Not everyone believes that people are fundamentally good. But I'm reminded on a daily basis that it's possible, and those reminders are often the littlest and simplest of things.
On my daily walk to the office, I pass a youngish man (late twenties to early thirties) who looks like a lunatic — or worse a peeping tom — to the untrained eye. In reality, he's just got a ritual that looks bizarre if you aren't paying attention.
Every day, as he leaves for work, he exits his townhouse and then steps up to the window and says goodbye to his adorable little son, who's probably about 2. He waves, he makes faces, he blows kisses. And the boy just laughs and laughs.
The universe, as I've experienced it, is not known for its subtlety.
In the past two months, I've had three new story ideas bombard my brain — the latest showing up on my cranial doorstep this very afternoon. I've been largely putting them off so that I could give ANJIDIA the attention it needs to be presented to the publishing world once again. I don't have to tell you all how well that's going.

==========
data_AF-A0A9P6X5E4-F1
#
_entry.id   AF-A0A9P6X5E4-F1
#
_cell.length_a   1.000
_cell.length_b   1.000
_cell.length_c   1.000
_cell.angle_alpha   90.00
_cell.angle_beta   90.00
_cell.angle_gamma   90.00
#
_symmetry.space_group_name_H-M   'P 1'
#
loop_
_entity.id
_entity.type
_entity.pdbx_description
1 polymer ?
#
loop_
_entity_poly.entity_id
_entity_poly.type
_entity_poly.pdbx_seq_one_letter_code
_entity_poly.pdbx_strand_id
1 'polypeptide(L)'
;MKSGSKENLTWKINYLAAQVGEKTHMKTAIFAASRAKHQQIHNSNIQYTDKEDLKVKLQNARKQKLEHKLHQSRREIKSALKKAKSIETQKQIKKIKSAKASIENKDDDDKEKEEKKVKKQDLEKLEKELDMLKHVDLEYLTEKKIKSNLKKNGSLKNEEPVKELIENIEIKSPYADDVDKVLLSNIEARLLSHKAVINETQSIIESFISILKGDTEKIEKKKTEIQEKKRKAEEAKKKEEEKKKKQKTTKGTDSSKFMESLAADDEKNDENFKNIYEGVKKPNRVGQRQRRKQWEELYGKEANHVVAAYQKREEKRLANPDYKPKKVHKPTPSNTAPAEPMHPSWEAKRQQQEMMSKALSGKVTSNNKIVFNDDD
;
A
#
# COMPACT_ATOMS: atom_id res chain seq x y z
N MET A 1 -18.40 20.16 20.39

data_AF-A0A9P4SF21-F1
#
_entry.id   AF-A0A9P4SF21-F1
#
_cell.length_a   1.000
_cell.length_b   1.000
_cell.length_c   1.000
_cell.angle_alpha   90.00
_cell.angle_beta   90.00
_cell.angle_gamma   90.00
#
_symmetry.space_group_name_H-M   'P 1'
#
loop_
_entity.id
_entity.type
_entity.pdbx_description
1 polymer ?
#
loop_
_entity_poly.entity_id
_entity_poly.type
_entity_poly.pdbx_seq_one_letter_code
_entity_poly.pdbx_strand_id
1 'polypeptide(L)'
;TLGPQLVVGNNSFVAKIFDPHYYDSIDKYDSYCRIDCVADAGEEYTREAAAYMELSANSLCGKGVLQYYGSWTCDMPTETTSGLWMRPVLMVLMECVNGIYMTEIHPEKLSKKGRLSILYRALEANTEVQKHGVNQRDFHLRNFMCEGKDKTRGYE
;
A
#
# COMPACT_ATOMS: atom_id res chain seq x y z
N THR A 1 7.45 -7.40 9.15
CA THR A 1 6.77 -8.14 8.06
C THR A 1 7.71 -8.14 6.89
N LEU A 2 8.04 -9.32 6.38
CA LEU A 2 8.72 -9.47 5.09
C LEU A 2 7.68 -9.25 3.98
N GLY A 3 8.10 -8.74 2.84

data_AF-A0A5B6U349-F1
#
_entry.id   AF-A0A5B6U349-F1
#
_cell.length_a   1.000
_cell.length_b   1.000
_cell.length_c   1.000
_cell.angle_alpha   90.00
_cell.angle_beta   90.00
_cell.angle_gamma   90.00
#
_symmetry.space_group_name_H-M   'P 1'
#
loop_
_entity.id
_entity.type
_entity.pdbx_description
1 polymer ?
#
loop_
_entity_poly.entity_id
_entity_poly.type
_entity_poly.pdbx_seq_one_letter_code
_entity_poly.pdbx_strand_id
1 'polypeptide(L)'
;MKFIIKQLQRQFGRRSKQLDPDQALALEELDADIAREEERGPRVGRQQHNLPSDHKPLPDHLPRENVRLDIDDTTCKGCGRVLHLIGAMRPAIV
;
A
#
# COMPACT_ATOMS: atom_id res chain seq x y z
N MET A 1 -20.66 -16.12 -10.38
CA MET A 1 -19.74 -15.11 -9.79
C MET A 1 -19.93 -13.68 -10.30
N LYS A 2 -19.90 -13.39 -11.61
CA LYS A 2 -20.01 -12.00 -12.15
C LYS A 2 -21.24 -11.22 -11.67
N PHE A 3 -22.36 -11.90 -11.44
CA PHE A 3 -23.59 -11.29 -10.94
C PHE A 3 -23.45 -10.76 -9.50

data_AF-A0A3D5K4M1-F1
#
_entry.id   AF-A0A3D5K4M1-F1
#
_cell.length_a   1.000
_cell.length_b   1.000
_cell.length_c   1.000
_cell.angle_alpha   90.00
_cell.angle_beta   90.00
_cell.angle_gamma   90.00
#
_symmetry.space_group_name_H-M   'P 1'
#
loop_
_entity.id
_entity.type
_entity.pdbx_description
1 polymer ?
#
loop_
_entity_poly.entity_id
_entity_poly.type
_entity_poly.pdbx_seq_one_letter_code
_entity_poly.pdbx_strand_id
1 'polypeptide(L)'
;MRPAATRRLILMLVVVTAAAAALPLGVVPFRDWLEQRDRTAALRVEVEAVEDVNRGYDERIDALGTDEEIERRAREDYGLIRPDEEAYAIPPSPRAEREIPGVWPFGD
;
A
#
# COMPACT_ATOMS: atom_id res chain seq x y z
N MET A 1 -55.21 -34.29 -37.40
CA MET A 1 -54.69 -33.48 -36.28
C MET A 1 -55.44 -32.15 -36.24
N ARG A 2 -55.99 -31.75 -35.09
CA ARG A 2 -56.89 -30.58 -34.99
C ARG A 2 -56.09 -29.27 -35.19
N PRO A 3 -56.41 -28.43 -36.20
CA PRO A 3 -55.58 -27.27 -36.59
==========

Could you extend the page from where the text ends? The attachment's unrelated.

I fear that soon my mind will become overcrowded to the point of needing to implement some sort of population control. As you may imagine, this idea terrifies both me and my as-yet unwritten characters. (Imagine that camera commercial where the photo-people argue over who'll be deleted this time.)
My latest idea, untitled for the moment, actually seems like a project that could be undertaken in spite of my current schedule, and energy levels. So I'm going to do it.